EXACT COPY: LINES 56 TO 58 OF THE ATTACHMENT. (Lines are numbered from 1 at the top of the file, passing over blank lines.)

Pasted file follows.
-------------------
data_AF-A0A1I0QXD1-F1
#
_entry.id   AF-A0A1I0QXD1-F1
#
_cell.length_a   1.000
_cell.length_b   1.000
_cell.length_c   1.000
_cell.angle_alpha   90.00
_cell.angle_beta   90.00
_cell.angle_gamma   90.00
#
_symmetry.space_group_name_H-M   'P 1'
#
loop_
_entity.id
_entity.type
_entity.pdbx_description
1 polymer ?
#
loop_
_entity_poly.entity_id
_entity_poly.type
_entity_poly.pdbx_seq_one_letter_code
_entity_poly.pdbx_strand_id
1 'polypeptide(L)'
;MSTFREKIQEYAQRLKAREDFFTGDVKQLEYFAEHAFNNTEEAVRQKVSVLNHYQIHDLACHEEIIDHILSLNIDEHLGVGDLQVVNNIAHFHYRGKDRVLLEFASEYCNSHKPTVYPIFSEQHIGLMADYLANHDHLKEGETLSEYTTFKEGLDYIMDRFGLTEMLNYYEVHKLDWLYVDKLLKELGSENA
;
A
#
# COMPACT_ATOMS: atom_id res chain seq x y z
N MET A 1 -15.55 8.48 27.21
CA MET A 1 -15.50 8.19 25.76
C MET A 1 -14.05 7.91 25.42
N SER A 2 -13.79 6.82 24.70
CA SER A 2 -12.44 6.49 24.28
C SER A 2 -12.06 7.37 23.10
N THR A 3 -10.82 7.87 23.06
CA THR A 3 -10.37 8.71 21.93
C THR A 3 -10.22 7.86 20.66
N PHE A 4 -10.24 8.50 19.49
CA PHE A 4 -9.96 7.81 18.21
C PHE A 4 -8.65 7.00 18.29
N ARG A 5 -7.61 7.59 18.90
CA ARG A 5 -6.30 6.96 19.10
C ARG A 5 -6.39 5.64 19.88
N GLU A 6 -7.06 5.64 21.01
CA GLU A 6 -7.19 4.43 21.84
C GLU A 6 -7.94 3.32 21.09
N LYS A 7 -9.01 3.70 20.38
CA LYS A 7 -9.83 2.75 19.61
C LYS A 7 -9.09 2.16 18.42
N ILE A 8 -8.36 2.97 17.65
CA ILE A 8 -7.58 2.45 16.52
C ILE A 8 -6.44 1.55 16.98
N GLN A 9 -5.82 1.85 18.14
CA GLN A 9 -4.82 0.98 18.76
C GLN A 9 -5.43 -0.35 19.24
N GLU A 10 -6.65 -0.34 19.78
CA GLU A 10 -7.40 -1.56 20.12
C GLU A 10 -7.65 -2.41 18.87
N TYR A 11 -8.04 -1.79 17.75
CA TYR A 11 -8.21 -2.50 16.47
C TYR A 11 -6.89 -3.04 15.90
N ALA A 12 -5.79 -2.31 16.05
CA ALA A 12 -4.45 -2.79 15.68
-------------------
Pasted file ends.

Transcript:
CA GLN A 9 -4.82 0.98 18.76
C GLN A 9 -5.43 -0.35 19.24
N GLU A 10 -6.65 -0.34 19.78